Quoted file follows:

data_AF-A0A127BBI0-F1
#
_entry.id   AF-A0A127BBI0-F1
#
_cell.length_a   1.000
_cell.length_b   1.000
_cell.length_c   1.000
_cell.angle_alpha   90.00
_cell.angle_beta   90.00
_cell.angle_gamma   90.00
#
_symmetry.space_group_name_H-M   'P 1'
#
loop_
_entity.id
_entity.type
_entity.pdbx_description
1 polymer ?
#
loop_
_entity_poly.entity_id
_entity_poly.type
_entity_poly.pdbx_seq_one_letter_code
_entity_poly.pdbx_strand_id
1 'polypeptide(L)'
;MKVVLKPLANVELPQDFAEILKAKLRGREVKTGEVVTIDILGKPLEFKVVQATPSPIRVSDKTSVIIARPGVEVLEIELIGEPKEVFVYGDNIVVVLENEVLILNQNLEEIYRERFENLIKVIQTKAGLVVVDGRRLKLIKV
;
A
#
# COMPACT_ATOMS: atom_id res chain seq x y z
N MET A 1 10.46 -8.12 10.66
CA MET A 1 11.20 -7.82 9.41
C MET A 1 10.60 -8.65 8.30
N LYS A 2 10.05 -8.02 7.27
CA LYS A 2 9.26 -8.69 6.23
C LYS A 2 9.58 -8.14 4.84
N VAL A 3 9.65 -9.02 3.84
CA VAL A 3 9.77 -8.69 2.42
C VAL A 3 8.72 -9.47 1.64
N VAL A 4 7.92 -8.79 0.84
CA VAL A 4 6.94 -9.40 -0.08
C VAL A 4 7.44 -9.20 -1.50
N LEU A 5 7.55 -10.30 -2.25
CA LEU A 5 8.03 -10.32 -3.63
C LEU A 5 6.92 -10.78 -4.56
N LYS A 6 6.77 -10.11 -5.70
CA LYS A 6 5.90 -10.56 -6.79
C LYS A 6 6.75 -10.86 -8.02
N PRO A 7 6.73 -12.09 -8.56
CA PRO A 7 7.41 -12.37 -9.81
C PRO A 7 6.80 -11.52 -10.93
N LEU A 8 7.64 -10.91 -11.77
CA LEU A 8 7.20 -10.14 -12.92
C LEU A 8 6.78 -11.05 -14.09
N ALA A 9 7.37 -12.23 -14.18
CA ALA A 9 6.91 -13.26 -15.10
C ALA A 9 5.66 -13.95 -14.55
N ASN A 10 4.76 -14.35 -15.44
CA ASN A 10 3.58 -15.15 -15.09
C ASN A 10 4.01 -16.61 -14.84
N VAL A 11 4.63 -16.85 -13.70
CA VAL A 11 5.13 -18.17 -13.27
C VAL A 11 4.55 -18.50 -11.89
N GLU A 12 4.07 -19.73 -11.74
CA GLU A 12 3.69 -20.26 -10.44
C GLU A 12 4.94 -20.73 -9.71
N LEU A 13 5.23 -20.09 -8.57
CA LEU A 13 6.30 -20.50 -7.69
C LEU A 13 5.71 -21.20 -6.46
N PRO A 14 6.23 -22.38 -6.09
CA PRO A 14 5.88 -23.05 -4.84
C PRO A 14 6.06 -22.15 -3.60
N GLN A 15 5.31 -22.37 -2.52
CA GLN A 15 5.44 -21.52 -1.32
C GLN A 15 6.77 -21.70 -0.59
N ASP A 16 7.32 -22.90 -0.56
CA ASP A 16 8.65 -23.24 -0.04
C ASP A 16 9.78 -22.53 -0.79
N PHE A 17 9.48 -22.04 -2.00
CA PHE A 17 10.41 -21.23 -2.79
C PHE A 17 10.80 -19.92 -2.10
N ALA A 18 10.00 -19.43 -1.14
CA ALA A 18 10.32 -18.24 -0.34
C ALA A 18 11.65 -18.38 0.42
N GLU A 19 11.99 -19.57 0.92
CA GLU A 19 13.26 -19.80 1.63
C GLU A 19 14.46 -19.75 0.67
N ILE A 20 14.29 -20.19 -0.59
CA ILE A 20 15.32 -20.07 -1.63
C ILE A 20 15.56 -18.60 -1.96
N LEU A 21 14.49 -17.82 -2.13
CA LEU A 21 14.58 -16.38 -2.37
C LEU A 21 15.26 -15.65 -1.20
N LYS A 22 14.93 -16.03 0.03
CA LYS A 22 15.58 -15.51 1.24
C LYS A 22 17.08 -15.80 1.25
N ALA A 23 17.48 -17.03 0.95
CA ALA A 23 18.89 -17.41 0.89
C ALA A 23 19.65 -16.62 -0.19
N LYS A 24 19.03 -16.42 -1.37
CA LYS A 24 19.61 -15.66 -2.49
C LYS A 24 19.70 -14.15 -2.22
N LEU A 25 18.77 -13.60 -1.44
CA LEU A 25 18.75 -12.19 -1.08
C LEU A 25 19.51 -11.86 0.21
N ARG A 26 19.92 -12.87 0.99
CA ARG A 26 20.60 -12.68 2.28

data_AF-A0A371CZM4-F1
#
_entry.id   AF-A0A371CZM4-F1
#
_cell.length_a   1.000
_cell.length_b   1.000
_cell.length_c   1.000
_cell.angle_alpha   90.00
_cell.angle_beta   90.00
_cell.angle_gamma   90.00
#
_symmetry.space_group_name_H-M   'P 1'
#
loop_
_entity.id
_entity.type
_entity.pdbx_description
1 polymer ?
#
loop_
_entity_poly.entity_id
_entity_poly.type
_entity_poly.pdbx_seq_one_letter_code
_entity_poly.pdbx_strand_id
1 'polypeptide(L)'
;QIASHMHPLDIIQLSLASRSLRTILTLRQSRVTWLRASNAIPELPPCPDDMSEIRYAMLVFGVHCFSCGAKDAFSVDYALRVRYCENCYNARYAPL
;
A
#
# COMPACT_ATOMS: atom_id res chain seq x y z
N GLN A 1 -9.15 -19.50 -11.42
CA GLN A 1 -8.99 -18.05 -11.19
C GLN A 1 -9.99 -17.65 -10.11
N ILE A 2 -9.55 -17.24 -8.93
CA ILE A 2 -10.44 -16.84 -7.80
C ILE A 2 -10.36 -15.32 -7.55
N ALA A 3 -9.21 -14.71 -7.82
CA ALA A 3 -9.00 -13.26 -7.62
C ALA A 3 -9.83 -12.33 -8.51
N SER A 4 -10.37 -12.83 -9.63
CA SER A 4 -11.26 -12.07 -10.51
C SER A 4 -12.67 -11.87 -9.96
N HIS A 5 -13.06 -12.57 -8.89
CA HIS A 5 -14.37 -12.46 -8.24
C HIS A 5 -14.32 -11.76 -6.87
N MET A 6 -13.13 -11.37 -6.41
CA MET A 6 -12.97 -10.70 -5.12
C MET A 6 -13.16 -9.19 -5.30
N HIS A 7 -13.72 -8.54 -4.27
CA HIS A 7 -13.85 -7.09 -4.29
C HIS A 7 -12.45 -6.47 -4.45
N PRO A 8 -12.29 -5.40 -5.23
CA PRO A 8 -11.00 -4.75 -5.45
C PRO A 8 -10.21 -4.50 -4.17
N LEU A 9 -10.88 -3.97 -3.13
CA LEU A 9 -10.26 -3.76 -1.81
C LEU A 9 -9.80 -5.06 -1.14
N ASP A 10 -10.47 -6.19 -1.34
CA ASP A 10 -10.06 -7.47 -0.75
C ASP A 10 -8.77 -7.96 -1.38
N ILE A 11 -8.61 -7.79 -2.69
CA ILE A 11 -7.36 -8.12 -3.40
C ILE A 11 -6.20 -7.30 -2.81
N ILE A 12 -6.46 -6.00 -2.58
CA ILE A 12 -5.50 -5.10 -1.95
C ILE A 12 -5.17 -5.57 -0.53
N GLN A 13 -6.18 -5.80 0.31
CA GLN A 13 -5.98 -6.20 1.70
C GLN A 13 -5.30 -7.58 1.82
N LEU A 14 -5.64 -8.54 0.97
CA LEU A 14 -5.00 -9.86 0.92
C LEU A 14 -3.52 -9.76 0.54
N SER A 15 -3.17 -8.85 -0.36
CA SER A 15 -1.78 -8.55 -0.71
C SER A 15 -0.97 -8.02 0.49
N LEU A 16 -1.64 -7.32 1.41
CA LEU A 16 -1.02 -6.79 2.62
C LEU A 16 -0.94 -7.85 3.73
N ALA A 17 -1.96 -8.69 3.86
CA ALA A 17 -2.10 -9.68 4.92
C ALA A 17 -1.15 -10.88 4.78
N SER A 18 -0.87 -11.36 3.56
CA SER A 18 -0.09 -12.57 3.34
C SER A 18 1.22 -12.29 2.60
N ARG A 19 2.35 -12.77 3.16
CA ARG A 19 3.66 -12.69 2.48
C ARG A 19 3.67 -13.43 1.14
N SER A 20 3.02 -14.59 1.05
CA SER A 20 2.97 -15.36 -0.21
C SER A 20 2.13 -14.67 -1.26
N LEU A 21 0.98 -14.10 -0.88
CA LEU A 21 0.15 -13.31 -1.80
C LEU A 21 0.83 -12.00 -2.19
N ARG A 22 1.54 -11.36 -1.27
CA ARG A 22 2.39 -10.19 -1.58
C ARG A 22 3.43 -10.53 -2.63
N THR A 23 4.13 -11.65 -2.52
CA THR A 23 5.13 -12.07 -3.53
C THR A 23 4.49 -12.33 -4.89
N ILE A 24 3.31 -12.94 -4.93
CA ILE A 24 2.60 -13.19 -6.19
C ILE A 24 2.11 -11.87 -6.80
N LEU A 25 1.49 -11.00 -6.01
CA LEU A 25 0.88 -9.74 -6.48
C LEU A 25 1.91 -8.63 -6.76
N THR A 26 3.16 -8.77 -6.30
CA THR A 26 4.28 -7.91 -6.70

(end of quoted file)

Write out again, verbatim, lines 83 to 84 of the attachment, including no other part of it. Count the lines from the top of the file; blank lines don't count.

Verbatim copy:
CA ALA A 18 10.32 -18.24 -0.34
C ALA A 18 11.65 -18.38 0.42